Two massive pines bisected our yard. Our carport lay in shambles, crushed. Our cars (my beautiful, beautiful car, the first I’d ever bought because it was beautiful) lay buried, smashed, totaled, buried underneath no fewer than five big trees.

The dog yard fence was twisted and crushed like tin foil. I thought, dimly, that I could probably handle never seeing Molly, Charlie, and Gigi again, but I couldn’t handle finding their bodies.

Katherine started feeling contractions.

As dusk fell, rescue workers came, evacuating those who could not stay. The way was slow, on foot, through yards, around downed lines and fallen trees, making their painstaking way to where the ambulances waited.

Paramedics told us the hospitals were full, that even if we went in, we would only be triaged. They told Katherine to lie on her side and try to keep calm, to time her contractions, and to call 911 if she needed to.

Our phones rang mercilessly, until I turned mine off to conserve power. How do we call 911 if we run our phones dry answering questions?

When true dark fell, the rescue workers slipped away. No streetlights, no headlights, no moon. No cars. No escape. A pistol on each bed stand, a high-intensity flashlight beside it. Loaded. Chambered. No safety.

No safety.

Rain kept the looters away. It fell like sheets. Sporadically, thunder rumbled, lighting lit the whole night sky bright as day, and Katherine shuddered. I shuddered, too.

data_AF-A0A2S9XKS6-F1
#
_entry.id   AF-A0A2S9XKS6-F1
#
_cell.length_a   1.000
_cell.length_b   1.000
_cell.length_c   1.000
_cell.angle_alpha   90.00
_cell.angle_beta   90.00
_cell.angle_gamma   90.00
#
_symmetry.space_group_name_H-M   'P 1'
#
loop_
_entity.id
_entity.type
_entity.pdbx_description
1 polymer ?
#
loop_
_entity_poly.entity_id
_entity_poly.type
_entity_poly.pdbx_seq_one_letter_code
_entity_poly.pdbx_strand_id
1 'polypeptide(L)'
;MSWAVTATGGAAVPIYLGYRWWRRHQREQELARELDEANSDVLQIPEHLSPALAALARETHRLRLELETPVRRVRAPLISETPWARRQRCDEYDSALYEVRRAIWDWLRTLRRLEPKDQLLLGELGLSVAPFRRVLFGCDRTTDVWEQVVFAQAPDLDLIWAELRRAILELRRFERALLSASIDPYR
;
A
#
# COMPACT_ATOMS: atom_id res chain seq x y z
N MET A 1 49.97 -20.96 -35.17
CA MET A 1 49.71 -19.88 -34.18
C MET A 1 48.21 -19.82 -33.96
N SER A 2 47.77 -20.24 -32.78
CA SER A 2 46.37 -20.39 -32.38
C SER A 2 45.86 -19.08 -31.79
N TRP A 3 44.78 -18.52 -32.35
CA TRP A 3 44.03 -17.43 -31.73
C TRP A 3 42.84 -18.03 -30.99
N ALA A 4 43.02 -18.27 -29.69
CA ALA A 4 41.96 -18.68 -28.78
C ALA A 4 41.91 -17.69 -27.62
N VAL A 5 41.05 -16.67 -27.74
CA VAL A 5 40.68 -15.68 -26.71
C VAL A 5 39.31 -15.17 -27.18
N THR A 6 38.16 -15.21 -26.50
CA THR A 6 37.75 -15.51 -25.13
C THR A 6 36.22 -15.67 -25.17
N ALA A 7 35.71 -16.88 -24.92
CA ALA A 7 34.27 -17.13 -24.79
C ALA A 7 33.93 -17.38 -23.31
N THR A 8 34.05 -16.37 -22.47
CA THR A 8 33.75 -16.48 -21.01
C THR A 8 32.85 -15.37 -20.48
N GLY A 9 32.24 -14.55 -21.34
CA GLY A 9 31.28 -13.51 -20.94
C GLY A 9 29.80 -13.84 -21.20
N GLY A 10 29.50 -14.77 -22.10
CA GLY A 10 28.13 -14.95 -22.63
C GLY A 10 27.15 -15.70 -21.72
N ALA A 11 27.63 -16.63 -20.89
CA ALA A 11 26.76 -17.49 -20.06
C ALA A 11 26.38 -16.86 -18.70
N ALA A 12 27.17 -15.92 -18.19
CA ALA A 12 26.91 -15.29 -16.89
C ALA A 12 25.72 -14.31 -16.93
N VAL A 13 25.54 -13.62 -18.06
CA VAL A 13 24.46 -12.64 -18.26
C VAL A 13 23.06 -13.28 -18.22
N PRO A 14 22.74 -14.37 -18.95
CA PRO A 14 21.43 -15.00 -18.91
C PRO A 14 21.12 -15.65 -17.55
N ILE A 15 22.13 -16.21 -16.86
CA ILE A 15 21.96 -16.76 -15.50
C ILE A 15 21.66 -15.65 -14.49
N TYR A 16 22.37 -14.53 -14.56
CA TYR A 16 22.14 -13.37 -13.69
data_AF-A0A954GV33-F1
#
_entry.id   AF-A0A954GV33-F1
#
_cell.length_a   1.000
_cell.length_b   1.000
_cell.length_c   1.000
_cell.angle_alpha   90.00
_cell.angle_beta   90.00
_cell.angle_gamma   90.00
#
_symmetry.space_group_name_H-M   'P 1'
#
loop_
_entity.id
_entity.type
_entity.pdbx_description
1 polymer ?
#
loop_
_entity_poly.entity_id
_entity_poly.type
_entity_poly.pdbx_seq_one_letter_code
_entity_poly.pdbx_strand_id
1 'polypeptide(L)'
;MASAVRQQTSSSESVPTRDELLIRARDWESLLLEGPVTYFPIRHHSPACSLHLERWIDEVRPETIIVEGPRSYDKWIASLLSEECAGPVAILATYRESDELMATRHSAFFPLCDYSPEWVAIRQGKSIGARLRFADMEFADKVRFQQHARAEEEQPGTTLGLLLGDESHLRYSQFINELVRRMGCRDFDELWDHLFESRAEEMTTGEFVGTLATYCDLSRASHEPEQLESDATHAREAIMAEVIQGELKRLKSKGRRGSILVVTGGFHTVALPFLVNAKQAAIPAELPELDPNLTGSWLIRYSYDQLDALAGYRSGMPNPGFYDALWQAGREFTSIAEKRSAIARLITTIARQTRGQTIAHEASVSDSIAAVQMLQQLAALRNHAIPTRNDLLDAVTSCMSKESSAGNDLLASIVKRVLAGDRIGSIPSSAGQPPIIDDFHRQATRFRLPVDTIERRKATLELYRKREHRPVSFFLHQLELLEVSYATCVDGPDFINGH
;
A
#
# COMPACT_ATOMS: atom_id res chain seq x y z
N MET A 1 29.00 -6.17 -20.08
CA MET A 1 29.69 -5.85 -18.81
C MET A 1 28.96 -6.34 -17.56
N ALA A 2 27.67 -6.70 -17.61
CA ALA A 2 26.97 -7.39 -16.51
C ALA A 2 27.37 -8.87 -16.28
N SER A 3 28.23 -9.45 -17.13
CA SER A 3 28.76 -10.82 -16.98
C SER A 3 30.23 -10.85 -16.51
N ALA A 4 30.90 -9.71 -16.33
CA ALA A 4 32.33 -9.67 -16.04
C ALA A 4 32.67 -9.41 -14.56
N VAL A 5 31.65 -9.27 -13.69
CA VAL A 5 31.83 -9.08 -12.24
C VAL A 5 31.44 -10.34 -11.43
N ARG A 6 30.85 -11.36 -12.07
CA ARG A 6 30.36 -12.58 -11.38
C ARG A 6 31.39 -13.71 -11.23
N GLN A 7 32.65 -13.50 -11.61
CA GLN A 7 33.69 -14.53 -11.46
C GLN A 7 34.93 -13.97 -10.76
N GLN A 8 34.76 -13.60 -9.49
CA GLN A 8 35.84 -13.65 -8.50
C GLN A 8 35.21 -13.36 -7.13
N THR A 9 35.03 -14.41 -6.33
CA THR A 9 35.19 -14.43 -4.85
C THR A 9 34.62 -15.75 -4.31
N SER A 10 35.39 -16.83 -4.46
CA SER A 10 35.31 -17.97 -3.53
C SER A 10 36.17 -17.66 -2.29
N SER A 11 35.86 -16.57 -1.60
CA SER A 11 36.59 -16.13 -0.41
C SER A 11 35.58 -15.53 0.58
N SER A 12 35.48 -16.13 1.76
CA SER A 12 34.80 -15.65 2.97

We got precious little sleep that night.

But morning came, and with it, the first good news.

Gigi, our traumatized stray, had not perished in the storm. The noises we heard in the night were her wedging her 90-pound body between the patio couch and the corner of the deck. She’s my favorite of our dogs, but I’ve never been happier to see her.

City workers cleared the street. Although we still didn’t have working vehicles, at least we could get out if we needed to. Our parents came to help clean up, to bring supplies, and see if we needed a place to stay. Progressive came through, and we had rental cars by sunset.

It wasn’t over, and it wouldn’t be for quite a while. It wasn’t okay, and it wouldn’t be for quite a while. But it was close enough. And it was going to be okay.

God had preserved us through yet another storm. I don’t know why he has protected us so closely for so long, and I’m certain we are no more valuable or important than anyone else, but I am grateful.

I am grateful.

Tim’s Back (and Tim’s front. They’re both here!)

You may have noticed a two-month silence on this blog. I hope you noticed it 🙂

Two months ago, an F4 tornado passed over our house, close enough my ears popped. It tossed several hundred-foot tall pine trees around like Lincoln Logs, smashing our carport and both cars.

Twelve days later our first child, a daughter, was born.

I may write about all this in more detail later, but suffice it to say I wasn’t thinking about blogging for a while.

But it’s been two months, and it’s time to get back on that horse. I have things I want to say, things I need to wrestle with.

So, here goes…